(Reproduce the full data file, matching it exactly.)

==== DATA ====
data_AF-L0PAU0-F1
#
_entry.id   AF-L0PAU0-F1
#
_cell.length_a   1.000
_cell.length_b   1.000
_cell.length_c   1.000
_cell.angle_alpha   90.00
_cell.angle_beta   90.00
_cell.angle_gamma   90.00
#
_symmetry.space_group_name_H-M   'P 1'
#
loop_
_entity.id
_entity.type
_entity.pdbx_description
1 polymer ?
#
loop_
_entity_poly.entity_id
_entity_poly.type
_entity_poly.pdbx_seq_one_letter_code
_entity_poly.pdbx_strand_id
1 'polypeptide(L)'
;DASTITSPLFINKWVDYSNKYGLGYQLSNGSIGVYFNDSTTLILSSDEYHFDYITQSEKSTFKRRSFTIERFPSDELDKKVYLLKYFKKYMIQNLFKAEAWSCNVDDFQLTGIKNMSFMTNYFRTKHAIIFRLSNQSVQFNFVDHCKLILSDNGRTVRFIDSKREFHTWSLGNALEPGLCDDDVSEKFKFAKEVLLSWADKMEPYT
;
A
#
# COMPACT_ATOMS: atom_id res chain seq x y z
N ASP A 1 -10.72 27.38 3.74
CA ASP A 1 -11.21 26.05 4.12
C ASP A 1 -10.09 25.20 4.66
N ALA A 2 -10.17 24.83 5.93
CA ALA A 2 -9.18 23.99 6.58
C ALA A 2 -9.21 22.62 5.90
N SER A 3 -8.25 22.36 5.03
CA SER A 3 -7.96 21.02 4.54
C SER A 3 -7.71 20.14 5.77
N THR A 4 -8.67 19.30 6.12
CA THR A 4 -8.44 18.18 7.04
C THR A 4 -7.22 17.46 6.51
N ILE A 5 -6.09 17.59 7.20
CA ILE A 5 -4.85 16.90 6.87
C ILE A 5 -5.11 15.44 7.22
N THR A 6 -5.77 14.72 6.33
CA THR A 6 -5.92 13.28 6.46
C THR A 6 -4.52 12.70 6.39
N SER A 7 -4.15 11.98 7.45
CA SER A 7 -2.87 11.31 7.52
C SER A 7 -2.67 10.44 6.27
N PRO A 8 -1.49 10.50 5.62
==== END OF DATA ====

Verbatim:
data_AF-L0PAU0-F1
#
_entry.id   AF-L0PAU0-F1
#
_cell.length_a   1.000
_cell.length_b   1.000
_cell.length_c   1.000
_cell.angle_alpha   90.00
_cell.angle_beta   90.00
_cell.angle_gamma   90.00
#
_symmetry.space_group_name_H-M   'P 1'
#
loop_
_entity.id
_entity.type
_entity.pdbx_description
1 polymer ?
#
loop_
_entity_poly.entity_id
_entity_poly.type
_entity_poly.pdbx_seq_one_letter_code
_entity_poly.pdbx_strand_id
1 'polypeptide(L)'
;DASTITSPLFINKWVDYSNKYGLGYQLSNGSIGVYFNDSTTLILSSDEYHFDYITQSEKSTFKRRSFTIERFPSDELDKKVYLLKYFKKYMIQNLFKAEAWSCNVDDFQLTGIKNMSFMTNYFRTKHAIIFRLSNQSVQFNFVDHCKLILSDNGRTVRFIDSKREFHTWSLGNALEPGLCDDDVSEKFKFAKEVLLSWADKMEPYT
;
A
#
# COMPACT_ATOMS: atom_id res chain seq x y z
N ASP A 1 -10.72 27.38 3.74
CA ASP A 1 -11.21 26.05 4.12
C ASP A 1 -10.09 25.20 4.66
N ALA A 2 -10.17 24.83 5.93
CA ALA A 2 -9.18 23.99 6.58
C ALA A 2 -9.21 22.62 5.90
N SER A 3 -8.25 22.36 5.03
CA SER A 3 -7.96 21.02 4.54
C SER A 3 -7.71 20.14 5.77
N THR A 4 -8.67 19.30 6.12
CA THR A 4 -8.44 18.18 7.04
C THR A 4 -7.22 17.46 6.51
N ILE A 5 -6.09 17.59 7.20
CA ILE A 5 -4.85 16.90 6.87
C ILE A 5 -5.11 15.44 7.22
N THR A 6 -5.77 14.72 6.33
CA THR A 6 -5.92 13.28 6.46
C THR A 6 -4.52 12.70 6.39
N SER A 7 -4.15 11.98 7.45
CA SER A 7 -2.87 11.31 7.52
C SER A 7 -2.67 10.44 6.27
N PRO A 8 -1.49 10.50 5.62